On the Role of Vaccine Dose and Antigenic Distance in the Transmission Dynamics of Highly Pathogenic Avian Influenza (HPAI) H5N1 Virus and its Selected Mutants in Vaccinated Animals

Promotie

On the Role of Vaccine Dose and Antigenic Distance in the Transmission Dynamics of Highly Pathogenic Avian Influenza (HPAI) H5N1 Virus and its Selected Mutants in Vaccinated Animals

Promovendus mr. I (Ioannis) Sitaras
Promotor prof.dr.ir. MCM (Mart) de Jong
Copromotor dr. BPH (Ben) Peeters
Organisatie Wageningen University, Quantitative Veterinary Epidemiology, Wageningen Institute of Animal Sciences (WIAS), Wageningen Bioveterinary Research
Datum

wo 1 november 2017 11:00 tot 12:30

Locatie Auditorium, building number 362
Generaal Foulkesweg 1
362
6703 BG Wageningen
0317-483592

Summary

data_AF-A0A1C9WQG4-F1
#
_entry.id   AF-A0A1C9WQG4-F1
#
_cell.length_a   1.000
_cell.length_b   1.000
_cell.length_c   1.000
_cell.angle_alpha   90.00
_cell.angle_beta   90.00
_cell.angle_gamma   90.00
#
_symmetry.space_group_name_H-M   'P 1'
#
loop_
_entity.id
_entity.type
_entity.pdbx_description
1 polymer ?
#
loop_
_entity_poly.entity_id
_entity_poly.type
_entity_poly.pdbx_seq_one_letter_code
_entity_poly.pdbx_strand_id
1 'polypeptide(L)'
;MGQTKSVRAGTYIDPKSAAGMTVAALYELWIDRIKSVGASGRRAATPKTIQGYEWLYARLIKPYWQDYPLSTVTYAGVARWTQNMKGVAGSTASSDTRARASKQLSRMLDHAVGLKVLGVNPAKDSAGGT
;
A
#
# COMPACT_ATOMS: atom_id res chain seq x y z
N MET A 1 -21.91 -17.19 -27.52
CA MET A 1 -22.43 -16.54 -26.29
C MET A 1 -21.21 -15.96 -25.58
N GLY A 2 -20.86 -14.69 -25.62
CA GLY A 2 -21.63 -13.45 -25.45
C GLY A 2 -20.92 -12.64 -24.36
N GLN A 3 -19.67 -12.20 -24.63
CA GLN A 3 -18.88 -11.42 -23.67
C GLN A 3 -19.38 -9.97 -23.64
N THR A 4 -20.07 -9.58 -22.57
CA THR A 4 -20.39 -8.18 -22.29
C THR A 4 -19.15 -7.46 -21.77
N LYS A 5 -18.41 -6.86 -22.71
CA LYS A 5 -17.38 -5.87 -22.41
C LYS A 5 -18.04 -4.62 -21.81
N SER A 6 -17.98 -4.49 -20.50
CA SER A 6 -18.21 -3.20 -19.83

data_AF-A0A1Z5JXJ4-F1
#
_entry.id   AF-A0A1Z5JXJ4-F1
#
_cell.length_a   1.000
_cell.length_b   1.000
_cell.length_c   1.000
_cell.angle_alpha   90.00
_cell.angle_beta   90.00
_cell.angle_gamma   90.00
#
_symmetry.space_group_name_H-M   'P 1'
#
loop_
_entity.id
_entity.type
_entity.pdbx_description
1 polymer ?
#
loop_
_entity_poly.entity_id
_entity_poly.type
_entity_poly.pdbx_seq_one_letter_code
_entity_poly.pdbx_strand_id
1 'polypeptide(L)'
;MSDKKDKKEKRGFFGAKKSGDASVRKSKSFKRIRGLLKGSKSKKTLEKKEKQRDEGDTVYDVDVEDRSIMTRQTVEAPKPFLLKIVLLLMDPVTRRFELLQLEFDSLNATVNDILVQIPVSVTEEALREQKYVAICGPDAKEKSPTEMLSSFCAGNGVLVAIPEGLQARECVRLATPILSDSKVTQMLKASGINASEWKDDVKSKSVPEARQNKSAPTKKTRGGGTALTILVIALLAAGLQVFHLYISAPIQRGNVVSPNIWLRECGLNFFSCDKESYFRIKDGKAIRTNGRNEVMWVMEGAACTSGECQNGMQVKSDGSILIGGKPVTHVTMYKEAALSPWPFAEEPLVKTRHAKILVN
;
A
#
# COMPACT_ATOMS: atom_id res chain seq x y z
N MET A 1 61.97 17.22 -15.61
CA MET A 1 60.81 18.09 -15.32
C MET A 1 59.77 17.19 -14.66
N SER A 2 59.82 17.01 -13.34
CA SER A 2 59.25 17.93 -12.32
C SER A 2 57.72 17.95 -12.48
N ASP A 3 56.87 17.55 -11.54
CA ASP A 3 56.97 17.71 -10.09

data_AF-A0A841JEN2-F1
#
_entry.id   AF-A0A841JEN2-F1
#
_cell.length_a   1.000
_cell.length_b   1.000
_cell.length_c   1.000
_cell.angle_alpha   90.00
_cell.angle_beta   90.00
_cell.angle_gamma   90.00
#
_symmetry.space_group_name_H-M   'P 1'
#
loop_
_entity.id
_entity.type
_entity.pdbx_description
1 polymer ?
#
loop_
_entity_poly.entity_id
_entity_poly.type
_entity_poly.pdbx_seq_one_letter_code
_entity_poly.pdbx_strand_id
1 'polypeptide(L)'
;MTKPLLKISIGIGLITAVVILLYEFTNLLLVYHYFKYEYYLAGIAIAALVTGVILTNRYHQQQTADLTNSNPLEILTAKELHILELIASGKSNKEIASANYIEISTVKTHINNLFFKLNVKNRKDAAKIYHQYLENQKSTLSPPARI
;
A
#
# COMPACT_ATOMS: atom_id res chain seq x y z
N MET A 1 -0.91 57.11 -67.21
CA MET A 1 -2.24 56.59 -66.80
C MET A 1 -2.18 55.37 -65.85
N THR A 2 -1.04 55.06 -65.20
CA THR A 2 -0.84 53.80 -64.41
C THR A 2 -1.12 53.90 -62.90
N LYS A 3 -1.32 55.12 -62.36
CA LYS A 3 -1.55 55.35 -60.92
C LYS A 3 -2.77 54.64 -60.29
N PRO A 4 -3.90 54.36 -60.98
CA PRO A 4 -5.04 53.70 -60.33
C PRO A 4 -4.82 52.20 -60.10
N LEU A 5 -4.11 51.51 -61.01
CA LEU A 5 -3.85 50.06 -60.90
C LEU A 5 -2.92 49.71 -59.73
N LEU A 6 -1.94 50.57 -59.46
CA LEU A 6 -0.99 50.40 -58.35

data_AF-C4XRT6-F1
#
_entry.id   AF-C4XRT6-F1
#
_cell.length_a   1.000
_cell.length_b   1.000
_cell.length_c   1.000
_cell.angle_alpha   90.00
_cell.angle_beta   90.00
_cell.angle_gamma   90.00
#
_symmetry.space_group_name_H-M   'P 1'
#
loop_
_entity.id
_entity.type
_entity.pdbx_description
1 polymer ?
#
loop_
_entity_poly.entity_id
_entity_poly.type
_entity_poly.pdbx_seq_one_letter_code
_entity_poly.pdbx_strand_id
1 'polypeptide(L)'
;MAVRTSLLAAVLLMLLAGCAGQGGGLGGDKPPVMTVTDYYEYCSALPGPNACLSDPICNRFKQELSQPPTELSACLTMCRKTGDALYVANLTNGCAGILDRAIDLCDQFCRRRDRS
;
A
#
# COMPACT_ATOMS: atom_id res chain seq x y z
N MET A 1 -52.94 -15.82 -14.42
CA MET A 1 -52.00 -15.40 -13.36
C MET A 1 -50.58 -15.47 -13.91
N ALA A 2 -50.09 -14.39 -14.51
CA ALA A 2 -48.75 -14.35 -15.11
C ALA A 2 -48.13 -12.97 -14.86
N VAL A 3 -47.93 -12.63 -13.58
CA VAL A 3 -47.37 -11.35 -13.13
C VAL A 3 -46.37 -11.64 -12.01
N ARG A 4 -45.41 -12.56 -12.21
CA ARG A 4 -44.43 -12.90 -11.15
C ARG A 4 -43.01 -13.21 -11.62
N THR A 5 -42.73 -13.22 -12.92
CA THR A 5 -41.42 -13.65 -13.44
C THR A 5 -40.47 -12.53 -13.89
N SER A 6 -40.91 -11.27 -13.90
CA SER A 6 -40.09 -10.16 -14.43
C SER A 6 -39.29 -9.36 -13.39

One of the biggest difficulties in ensuring vaccine success against influenza viruses is the ability of the viruses to constantly evolve and avoid vaccination-induced immunity. As a consequence, vaccination against avian influenza often fails, and constant vaccine updating is too costly. In our research we examined the evolution of avian influenza viruses by establishing a novel method of selection for antigenically-different mutants. We conducted extensive transmission experiments and quantified for the first time the minimum level of immunity that animals need to have in order for a vaccine to protect them against antigenically different viruses. From our results it is clear that the antigenic differences between vaccine and virus are not the main problem in vaccine effectiveness.